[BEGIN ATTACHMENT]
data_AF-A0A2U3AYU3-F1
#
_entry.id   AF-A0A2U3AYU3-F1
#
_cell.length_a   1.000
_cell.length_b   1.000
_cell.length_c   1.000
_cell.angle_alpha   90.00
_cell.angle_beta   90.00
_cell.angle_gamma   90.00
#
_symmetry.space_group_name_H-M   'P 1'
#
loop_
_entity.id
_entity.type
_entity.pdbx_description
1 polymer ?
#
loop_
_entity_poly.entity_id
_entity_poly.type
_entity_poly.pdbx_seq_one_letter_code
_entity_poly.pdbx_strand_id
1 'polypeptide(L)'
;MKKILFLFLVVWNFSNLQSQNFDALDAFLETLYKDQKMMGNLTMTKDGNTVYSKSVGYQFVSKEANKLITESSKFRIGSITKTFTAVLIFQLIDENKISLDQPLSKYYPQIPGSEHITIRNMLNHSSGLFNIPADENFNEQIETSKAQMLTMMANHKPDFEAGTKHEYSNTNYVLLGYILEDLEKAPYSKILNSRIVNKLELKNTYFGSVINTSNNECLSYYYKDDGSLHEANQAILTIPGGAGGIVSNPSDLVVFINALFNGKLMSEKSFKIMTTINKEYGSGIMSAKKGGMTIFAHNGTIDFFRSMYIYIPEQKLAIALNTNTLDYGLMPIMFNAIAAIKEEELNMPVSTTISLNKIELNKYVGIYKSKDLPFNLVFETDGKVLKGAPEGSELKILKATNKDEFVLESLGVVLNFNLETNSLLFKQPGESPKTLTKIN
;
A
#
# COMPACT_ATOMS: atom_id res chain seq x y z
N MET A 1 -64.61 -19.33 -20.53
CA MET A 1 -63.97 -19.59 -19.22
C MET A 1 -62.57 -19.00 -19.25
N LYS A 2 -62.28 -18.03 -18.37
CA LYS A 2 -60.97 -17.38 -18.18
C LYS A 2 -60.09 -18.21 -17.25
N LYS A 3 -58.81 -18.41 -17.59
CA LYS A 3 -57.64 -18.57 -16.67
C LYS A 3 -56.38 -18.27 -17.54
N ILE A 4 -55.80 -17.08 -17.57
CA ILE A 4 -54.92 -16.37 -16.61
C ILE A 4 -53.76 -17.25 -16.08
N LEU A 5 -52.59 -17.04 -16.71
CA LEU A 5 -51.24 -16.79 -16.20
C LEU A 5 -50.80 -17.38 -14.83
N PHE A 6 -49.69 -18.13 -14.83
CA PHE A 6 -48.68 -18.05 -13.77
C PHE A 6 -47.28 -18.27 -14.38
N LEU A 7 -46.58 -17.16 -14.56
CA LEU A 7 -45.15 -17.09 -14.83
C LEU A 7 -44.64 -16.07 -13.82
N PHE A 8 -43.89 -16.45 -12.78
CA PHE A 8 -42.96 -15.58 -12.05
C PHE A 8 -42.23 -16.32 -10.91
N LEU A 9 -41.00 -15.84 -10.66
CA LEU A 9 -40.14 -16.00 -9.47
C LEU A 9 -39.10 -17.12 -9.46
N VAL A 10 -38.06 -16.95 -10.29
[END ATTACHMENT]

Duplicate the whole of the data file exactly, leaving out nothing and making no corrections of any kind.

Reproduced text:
data_AF-A0A2U3AYU3-F1
#
_entry.id   AF-A0A2U3AYU3-F1
#
_cell.length_a   1.000
_cell.length_b   1.000
_cell.length_c   1.000
_cell.angle_alpha   90.00
_cell.angle_beta   90.00
_cell.angle_gamma   90.00
#
_symmetry.space_group_name_H-M   'P 1'
#
loop_
_entity.id
_entity.type
_entity.pdbx_description
1 polymer ?
#
loop_
_entity_poly.entity_id
_entity_poly.type
_entity_poly.pdbx_seq_one_letter_code
_entity_poly.pdbx_strand_id
1 'polypeptide(L)'
;MKKILFLFLVVWNFSNLQSQNFDALDAFLETLYKDQKMMGNLTMTKDGNTVYSKSVGYQFVSKEANKLITESSKFRIGSITKTFTAVLIFQLIDENKISLDQPLSKYYPQIPGSEHITIRNMLNHSSGLFNIPADENFNEQIETSKAQMLTMMANHKPDFEAGTKHEYSNTNYVLLGYILEDLEKAPYSKILNSRIVNKLELKNTYFGSVINTSNNECLSYYYKDDGSLHEANQAILTIPGGAGGIVSNPSDLVVFINALFNGKLMSEKSFKIMTTINKEYGSGIMSAKKGGMTIFAHNGTIDFFRSMYIYIPEQKLAIALNTNTLDYGLMPIMFNAIAAIKEEELNMPVSTTISLNKIELNKYVGIYKSKDLPFNLVFETDGKVLKGAPEGSELKILKATNKDEFVLESLGVVLNFNLETNSLLFKQPGESPKTLTKIN
;
A
#
# COMPACT_ATOMS: atom_id res chain seq x y z
N MET A 1 -64.61 -19.33 -20.53
CA MET A 1 -63.97 -19.59 -19.22
C MET A 1 -62.57 -19.00 -19.25
N LYS A 2 -62.28 -18.03 -18.37
CA LYS A 2 -60.97 -17.38 -18.18
C LYS A 2 -60.09 -18.21 -17.25
N LYS A 3 -58.81 -18.41 -17.59
CA LYS A 3 -57.64 -18.57 -16.67
C LYS A 3 -56.38 -18.27 -17.54
N ILE A 4 -55.80 -17.08 -17.57
CA ILE A 4 -54.92 -16.37 -16.61
C ILE A 4 -53.76 -17.25 -16.08
N LEU A 5 -52.59 -17.04 -16.71
CA LEU A 5 -51.24 -16.79 -16.20
C LEU A 5 -50.80 -17.38 -14.83
N PHE A 6 -49.69 -18.13 -14.83
CA PHE A 6 -48.68 -18.05 -13.77
C PHE A 6 -47.28 -18.27 -14.38
N LEU A 7 -46.58 -17.16 -14.56
CA LEU A 7 -45.15 -17.09 -14.83
C LEU A 7 -44.64 -16.07 -13.82
N PHE A 8 -43.89 -16.45 -12.78
CA PHE A 8 -42.96 -15.58 -12.05
C PHE A 8 -42.23 -16.32 -10.91
N LEU A 9 -41.00 -15.84 -10.66
CA LEU A 9 -40.14 -16.00 -9.47
C LEU A 9 -39.10 -17.12 -9.46
N VAL A 10 -38.06 -16.95 -10.29